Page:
Codetree synchronizes with GitHub and adds functionality to issues and pull requests. You can manage your project with kanban boards that you configure with customized stages. Also, Codetree is a full-featured project management tool, with the ability to group items into epics, track priorities, and track dependencies. You can even work with issues in multiple repos in one view.
Find out more about Codetree on their site.
GitHub is the linchpin for many organizations’ continuous integration efforts. It’s a robust service that takes the headaches of maintaining an active source repository out of your hands. But that doesn’t mean you don’t need to make an effort to monitor your code. Fortunately, there are a few integrations that will scan your code for problems for you.
7. WhiteSource Bolt
WhiteSource Bolt is a free integration for GitHub. It scans your repositories for vulnerabilities in open source components. Bolt supports over 200 different programming languages. And it tracks listings from multiple databases, including the CVE/NVD, the GitHub issue tracker, a wide range of security advisories, and popular open-source project issue trackers.
WhiteSource scans your repo each time you apply a push. If it finds a vulnerability, it automatically opens a GitHub issue. The issue provides you with reference links, any associated dependency tree, details about the vulnerability, and information about a fix. WhiteSource can follow transitive dependencies and will open issues for them, too.
You can find details about WhiteSource Bolt here.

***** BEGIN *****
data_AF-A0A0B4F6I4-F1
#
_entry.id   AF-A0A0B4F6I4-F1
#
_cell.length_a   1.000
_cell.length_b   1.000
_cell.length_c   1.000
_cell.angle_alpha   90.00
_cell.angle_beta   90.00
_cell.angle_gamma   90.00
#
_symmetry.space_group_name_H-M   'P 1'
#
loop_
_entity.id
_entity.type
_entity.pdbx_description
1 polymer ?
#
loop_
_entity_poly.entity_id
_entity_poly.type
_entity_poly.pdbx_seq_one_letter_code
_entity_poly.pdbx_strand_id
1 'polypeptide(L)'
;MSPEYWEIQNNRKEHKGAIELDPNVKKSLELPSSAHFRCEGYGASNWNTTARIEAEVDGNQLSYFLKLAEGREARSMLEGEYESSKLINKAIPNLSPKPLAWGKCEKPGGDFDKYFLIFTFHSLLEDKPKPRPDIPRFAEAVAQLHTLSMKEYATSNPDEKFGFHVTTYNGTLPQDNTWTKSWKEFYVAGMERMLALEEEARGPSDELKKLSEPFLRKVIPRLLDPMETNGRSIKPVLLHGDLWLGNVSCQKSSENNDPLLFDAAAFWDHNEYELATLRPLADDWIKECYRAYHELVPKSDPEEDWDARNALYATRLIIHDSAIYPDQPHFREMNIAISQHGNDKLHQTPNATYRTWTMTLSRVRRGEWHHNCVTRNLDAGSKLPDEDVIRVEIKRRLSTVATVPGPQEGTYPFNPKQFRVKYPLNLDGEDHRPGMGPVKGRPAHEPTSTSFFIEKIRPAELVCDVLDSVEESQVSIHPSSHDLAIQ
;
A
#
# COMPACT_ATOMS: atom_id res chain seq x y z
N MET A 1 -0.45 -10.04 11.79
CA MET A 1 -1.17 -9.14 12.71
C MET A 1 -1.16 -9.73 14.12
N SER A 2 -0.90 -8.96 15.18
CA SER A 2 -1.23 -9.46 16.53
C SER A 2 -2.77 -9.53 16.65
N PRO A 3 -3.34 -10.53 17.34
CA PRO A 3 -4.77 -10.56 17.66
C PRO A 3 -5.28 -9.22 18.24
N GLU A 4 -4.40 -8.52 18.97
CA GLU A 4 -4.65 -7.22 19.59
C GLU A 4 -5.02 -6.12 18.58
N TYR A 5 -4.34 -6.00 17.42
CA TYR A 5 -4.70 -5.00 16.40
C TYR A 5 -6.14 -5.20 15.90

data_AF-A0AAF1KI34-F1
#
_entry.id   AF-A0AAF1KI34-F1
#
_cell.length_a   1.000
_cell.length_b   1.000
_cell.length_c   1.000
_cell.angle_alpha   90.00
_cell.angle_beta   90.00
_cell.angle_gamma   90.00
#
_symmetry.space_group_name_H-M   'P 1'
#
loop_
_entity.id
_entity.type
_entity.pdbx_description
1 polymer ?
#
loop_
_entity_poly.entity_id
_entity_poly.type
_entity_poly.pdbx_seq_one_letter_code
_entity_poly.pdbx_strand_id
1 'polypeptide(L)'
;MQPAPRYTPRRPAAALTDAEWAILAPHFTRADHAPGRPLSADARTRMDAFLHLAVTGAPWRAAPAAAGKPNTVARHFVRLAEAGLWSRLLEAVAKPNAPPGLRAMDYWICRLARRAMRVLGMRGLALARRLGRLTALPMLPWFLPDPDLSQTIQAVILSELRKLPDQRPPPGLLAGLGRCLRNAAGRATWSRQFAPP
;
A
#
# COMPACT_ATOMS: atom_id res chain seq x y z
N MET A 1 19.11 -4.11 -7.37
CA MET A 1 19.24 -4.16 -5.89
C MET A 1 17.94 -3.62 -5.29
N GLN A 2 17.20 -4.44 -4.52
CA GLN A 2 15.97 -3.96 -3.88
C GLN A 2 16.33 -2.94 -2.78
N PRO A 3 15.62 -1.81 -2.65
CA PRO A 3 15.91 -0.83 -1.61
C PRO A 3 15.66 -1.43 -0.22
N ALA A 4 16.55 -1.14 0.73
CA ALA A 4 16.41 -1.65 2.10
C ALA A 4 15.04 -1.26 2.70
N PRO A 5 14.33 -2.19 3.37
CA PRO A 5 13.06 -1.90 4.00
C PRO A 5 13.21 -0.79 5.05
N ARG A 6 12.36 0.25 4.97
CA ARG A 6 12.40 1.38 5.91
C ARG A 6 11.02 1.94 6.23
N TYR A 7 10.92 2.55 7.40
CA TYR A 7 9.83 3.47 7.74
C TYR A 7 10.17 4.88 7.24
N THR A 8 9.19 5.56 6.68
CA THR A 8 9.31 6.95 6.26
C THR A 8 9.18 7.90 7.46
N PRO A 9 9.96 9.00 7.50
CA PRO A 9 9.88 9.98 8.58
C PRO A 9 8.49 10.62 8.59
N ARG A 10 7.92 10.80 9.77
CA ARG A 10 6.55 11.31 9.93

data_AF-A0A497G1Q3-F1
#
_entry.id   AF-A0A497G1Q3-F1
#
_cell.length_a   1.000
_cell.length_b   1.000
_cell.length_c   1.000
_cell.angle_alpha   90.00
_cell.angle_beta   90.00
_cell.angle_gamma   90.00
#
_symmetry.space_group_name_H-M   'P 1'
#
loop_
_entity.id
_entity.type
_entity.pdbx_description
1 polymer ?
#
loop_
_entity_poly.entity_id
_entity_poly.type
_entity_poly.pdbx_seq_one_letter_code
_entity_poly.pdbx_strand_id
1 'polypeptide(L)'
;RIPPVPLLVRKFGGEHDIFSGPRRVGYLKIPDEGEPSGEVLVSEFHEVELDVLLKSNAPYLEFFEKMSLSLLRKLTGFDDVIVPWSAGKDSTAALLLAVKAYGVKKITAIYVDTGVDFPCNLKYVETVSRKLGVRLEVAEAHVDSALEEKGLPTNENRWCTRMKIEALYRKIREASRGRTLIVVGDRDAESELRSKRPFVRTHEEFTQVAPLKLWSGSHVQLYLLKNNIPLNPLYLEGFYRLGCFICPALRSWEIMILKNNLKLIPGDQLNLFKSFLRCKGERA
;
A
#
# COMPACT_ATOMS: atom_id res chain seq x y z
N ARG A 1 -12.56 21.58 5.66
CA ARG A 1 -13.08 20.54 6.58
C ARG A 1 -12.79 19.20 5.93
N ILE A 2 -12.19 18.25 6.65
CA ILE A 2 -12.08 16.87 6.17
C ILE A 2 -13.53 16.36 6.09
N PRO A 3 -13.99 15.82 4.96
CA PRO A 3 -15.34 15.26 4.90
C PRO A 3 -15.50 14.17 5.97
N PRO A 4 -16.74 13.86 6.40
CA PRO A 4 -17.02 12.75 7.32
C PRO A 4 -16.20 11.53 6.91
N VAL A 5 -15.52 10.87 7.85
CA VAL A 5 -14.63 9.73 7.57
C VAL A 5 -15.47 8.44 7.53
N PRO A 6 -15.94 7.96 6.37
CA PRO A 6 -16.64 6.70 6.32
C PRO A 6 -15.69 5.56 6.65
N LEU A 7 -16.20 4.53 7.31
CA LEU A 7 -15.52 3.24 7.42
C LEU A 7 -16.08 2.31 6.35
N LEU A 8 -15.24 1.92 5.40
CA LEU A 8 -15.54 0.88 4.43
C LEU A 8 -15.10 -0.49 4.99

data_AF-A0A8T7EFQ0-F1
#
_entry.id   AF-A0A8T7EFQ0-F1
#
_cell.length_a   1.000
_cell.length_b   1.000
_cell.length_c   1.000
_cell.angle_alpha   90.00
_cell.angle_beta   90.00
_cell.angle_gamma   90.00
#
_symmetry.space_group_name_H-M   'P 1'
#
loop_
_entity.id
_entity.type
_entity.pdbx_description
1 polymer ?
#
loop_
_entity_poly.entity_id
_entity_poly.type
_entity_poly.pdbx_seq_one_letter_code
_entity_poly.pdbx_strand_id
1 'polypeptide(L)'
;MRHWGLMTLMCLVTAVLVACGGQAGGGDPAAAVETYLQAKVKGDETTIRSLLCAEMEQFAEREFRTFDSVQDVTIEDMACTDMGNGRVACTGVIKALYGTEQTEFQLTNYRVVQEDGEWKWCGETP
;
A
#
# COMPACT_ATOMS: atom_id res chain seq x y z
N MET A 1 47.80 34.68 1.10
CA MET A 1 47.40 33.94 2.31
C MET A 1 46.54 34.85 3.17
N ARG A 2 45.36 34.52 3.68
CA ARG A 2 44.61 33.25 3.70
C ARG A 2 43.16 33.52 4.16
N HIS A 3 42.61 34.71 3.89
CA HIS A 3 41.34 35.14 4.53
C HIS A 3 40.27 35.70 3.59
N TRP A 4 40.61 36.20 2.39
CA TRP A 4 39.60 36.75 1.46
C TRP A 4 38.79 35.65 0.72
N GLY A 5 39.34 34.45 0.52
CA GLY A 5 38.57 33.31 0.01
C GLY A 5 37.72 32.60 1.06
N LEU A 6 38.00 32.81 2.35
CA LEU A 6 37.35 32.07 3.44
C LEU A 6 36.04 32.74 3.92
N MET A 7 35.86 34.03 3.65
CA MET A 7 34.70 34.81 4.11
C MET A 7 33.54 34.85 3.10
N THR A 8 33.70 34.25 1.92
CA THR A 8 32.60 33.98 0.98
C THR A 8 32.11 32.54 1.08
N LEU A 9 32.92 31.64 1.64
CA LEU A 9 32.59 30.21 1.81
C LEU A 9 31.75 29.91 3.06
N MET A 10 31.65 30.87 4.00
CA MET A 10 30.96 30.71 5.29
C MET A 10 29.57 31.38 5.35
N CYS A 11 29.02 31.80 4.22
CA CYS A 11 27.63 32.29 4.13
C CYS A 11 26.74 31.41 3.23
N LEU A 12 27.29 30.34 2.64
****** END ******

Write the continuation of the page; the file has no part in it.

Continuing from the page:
8. Sonatype DepShield
Sonatype’s DepShield is another free tool for scanning your repos for open-source vulnerabilities. It searches your repo against the Sonataype OSS Index and opens GitHub issues with details about any problems it finds. Like WhiteSource, DepShield is capable of identifying problems caused by transitive dependencies and will create tickets for them, too. DepShield scans the repo in place, not during pushes.
You can install DepShield from here.
Step Up Your GitHub Game
Github’s State of the Octoverse report demonstrates how 2018 has been a big year for the development community. More than two million organizations and 31 million developers are using 96 million repositories. And GitHub’s extensibility is one of the platform’s most powerful draws.
This short list contains a handful of exciting integrations. You can use them to increase your productivity, simplify your project management, and patch vulnerabilities in your applications before they’re a problem.
What are your favorite GitHub integrations? Let us know in the comments below!